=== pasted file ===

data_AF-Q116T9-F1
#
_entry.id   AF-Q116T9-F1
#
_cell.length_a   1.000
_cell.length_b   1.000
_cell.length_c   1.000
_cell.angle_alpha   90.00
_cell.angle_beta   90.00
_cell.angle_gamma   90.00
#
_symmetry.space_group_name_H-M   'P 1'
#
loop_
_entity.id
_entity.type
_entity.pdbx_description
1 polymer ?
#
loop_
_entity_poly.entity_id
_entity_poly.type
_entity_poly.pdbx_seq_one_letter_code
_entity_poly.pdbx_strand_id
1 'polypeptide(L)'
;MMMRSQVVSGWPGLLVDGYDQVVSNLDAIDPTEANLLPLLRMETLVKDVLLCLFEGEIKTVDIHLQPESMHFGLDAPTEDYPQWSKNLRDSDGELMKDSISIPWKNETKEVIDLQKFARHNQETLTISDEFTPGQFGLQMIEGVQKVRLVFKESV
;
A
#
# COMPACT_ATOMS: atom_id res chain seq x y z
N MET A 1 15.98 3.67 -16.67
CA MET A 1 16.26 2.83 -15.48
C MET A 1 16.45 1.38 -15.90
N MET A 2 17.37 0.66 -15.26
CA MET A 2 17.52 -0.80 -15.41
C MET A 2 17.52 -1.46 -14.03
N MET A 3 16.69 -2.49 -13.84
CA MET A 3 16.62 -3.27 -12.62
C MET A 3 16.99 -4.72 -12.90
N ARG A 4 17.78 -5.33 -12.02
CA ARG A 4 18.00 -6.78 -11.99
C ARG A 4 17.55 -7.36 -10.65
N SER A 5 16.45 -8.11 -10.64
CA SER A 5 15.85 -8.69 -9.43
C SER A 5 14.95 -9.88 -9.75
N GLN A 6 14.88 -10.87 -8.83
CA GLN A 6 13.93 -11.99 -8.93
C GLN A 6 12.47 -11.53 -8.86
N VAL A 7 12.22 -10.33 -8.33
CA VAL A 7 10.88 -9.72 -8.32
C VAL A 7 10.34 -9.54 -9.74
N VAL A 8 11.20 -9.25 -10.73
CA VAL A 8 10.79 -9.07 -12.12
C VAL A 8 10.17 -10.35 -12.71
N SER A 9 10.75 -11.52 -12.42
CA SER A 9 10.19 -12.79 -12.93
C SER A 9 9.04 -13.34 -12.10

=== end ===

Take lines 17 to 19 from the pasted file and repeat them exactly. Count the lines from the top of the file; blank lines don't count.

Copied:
_entity.pdbx_description
1 polymer ?
#